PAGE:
Ending a Group Well

I remember the last night of the group. It was relatively the same group that had started together a year and a half before. I had led the group for a year and someone else had taken over for the following 6 months. The group had been through a lot over that year- laughing, crying, an adoption, new babies, good times, and tough conversations. I had personally baptized 5 of them. But, there we were, saying goodbye. There was some frustration, but overall, I think everyone knew it was time to move on.

Ending a group is never easy! But, regardless of the type of group you lead, there will come a time when someone will make the call that moving on is the right thing to do. In fact, if you work with any group long enough, you’re going to have to help end a group at one point or another. So, I wanted to put together some pointers to help you end a group well.

The End is Near Homer3

Signs you should end your group:

It feels stale. I have found that if a group stays together without growing for about a year and a half, it begins to feel stale. You can’t play any more “get to know you” games because everyone already knows everyone else’s story. It stopped growing, isn’t growing, and just feels stale.

It’s unhealthy. There’s all sorts of reasons a group can be unhealthy. It could be the leader, not enough people, group conflict, or other reasons. But, for whatever reason, the group is becoming more hurtful than helpful to the members of the group and maybe even the church.

There’s no way to fix it. Before deciding to pull the plug on a group, figure out every possible way to fix it. I’ve combined groups, changed leaders, pushed inviting others, and done church wide group promotion. Note: If there’s a person in group causing trouble- address them directly. Some might choose to end a group rather than have a tough conversation. But, by doing that you are passing on your problem to a future group and group leader.

 It's not me

How to end a group:

Bring the group along in the process. Make sure the leader is keeping the group updated on the health of the group. If you see the group beginning to become stale, encourage the group leader to bring this up to the group and brainstorm ideas to help them begin to grow again.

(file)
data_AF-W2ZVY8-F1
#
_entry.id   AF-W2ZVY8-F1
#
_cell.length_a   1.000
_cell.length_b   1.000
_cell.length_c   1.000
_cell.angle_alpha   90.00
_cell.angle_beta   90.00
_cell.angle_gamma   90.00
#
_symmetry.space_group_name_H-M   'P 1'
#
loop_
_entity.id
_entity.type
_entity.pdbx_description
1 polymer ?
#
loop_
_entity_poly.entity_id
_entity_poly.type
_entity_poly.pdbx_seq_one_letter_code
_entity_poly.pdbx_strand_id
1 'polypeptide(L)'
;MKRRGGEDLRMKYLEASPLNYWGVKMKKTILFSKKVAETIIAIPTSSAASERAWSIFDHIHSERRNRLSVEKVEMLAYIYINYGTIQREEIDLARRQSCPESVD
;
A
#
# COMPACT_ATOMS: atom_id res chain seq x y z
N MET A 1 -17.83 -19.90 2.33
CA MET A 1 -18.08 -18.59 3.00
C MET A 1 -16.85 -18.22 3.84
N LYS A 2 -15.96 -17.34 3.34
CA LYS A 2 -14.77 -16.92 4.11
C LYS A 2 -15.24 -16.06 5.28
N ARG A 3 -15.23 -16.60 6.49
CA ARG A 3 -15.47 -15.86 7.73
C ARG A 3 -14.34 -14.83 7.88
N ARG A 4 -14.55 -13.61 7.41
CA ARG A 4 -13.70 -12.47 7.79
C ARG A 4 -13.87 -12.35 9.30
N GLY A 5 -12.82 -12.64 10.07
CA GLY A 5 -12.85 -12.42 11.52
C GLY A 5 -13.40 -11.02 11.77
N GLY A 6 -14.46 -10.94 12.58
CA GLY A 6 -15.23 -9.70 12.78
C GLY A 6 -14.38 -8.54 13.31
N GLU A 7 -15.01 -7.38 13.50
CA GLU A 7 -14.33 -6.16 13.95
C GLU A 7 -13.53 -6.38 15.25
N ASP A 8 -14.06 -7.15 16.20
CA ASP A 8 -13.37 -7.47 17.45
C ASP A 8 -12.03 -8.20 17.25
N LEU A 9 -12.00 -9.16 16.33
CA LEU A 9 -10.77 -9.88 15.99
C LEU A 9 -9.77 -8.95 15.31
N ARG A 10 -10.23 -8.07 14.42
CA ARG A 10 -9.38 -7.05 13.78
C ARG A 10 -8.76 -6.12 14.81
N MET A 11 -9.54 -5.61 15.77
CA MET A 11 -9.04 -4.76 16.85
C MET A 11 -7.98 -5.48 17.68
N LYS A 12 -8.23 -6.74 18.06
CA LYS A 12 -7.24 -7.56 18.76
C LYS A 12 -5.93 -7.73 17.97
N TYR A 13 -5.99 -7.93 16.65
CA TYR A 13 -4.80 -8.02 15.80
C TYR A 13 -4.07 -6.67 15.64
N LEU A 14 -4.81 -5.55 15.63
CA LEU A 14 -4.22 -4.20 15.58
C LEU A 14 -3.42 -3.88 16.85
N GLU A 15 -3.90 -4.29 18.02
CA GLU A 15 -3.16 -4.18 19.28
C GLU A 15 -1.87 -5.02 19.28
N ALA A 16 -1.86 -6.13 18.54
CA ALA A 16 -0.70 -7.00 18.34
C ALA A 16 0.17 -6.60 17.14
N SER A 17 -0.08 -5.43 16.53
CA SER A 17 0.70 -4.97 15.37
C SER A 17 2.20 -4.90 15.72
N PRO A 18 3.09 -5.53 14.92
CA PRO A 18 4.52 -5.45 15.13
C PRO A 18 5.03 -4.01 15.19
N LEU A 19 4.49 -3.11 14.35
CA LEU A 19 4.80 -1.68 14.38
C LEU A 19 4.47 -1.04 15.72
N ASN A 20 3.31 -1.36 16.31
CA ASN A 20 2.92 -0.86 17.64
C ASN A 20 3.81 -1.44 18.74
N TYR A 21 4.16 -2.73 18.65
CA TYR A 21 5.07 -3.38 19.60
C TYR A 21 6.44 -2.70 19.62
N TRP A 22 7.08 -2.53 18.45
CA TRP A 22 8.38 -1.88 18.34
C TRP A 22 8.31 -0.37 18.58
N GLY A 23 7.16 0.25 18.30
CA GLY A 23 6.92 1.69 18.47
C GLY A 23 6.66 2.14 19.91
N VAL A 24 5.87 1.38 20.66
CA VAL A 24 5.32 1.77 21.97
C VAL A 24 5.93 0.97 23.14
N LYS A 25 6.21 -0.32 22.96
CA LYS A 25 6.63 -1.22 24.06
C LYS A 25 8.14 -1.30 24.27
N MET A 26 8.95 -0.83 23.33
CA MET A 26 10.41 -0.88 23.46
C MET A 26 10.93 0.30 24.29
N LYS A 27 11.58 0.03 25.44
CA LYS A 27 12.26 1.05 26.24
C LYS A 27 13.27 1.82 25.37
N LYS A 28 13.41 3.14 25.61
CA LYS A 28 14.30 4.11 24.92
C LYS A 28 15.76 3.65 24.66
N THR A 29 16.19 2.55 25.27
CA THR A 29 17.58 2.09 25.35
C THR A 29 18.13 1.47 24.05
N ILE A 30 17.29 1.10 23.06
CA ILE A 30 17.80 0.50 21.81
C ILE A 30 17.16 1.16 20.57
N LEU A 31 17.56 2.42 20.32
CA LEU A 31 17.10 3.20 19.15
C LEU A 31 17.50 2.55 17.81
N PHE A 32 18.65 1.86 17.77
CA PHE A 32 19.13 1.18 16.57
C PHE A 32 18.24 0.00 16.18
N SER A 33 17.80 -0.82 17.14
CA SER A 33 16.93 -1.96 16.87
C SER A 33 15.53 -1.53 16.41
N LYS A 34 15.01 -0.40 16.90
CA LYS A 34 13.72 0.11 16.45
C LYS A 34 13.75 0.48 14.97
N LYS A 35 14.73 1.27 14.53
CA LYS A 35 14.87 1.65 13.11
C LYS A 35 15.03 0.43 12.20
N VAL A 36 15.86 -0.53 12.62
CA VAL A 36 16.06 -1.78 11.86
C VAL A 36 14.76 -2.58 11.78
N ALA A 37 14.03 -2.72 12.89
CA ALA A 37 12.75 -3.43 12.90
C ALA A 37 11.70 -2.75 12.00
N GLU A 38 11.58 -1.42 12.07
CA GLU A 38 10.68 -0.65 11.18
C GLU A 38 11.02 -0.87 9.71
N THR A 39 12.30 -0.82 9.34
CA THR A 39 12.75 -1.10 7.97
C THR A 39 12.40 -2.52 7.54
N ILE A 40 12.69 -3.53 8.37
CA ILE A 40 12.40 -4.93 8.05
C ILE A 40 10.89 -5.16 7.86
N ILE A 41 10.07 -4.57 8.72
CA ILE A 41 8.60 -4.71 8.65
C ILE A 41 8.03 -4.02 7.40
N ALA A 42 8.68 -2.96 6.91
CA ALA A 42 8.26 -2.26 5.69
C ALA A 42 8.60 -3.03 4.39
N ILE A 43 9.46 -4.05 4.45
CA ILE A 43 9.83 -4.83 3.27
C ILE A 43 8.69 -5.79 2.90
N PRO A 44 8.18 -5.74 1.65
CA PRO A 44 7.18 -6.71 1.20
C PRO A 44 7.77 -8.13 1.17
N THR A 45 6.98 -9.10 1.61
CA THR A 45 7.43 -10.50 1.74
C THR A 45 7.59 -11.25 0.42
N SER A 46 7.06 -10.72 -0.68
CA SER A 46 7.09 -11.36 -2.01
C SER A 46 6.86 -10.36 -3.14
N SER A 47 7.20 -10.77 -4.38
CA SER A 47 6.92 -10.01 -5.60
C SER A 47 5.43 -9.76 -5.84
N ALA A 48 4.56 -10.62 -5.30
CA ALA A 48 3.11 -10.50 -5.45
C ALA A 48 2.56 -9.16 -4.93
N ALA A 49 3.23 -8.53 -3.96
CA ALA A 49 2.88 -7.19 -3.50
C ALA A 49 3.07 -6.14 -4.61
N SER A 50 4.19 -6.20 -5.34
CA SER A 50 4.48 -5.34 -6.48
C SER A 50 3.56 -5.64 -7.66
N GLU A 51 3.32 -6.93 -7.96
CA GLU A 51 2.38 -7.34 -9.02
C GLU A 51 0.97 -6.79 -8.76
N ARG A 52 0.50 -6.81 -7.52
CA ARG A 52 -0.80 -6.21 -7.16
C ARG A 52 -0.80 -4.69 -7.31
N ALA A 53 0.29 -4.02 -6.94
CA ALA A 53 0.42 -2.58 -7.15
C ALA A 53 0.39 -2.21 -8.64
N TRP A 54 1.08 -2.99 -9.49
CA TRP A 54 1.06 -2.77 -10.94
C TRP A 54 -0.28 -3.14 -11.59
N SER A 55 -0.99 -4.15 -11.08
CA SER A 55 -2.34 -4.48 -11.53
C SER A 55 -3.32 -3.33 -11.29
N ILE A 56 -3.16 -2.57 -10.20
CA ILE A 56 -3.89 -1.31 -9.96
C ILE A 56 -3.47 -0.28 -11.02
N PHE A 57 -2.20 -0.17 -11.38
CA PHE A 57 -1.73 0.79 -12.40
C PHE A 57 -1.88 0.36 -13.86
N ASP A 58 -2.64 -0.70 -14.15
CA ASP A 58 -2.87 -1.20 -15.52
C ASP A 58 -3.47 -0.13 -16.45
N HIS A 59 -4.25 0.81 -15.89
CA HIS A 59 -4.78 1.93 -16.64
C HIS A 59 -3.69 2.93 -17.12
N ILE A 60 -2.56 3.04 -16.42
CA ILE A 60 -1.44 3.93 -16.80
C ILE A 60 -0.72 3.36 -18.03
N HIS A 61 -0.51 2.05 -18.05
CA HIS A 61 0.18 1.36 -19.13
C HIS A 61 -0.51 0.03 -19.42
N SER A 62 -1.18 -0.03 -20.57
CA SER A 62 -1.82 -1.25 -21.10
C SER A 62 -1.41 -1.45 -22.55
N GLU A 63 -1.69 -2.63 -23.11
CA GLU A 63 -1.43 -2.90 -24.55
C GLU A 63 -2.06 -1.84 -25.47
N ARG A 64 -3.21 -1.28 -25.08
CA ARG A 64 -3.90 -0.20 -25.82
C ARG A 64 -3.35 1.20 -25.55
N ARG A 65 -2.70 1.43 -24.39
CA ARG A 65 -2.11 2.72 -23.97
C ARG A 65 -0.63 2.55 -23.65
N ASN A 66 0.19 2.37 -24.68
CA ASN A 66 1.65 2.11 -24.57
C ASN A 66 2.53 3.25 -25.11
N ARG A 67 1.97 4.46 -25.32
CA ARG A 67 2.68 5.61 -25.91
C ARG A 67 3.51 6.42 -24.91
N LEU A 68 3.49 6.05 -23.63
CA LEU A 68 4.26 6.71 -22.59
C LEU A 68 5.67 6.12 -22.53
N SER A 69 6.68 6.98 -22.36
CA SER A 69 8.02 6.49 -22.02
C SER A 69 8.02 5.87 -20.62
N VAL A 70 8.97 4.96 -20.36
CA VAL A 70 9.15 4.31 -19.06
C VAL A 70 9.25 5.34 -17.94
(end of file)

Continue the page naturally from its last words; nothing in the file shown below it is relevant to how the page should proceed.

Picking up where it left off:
Make the decision. If at all possible be on the same page with the group leader. Hopefully you’ve exhausted all other possible solutions to growing the group so deciding to end it won’t come as a surprise. As the person coaching your group leader you’ll need to assess if it’ll help for you to attend the last few sessions that group will hold. If you have an especially unhealthy leader or group, it could be helpful to attend.

Talk about the decision with the group. Explain why the group should end. Take time to answer any questions. Go over the importance of being in a group and options for another group to attend after this one ends. Some may be sad or upset, but don’t let your discussion turn into a church or leader bashing session.

Choose an end date. The end date for your group should be pretty close to the time you let the group know. People do weird things when they know something’s ending. Some may stop coming altogether. Some may pull back and stop sharing. If it was a good group, there will be feelings of sadness, anxiety, or even anger. So, it’s better to not allow people to sit in that for too long. I suggest ending a group a week or 2 after the decision has been made and the group’s been told.

Plan your last meeting. (Make it a fun and relaxed night. Order pizza or do a potluck dinner.)

  •  Ask questions like: (keep it positive)
  •        – What was your favorite group this year?
  •        – What was your favorite memory from this group?
  •        – What will you miss most from group?
  •        – Has anyone in group changed groups before and can share what that was like?

If you feel like the last group will be more tense, consider having it out at a restaurant and don’t feel the need to have a super deep debrief.

It’s also to be aware that everything in this world has a life cycle. Earth has seasons. Humans grow for about 27 years and then begin a very slow decline. (I’m hoping to hit a second growth spurt in my late 30’s.) Movies, books, and blogs all have a beginning, middle, and end. (When was the last time you were in a movie and said, “Man, I wish that movie was longer!”) So, it makes sense that groups have a life cycle too. They form, grow, and then, if nothing else happens will slowly become stale. Really, the only way to give a group new life is to a group is to add new people. But, even with that, it’s important to know that the cycle will continue. I only mention this, because just as we would never blame a person for getting older, we shouldn’t look down on groups/group leaders when a group ends. Some groups burn brighter for a shorter amount of time. We should celebrate them and their time together as they move on to other groups.

If you’re interested in reading more about the different stages of a group, check out these links:
http://www.mindtools.com/pages/article/newLDR_86.htm
http://www.school-counseling-zone.com/stages-groups.html
http://www.businessballs.com/tuckmanformingstormingnormingperforming.htm


The end old movie

P.S. Sometimes groups have built in life cycles- like meeting for a semester or year long. It’s important to keep in mind how to end a group well in these situations too. In our groups I’ll start talking about it a few weeks out to slowly prepare people. We try to have a fun time on our last night. You always want people to leave your last group on a high note- wanting more.

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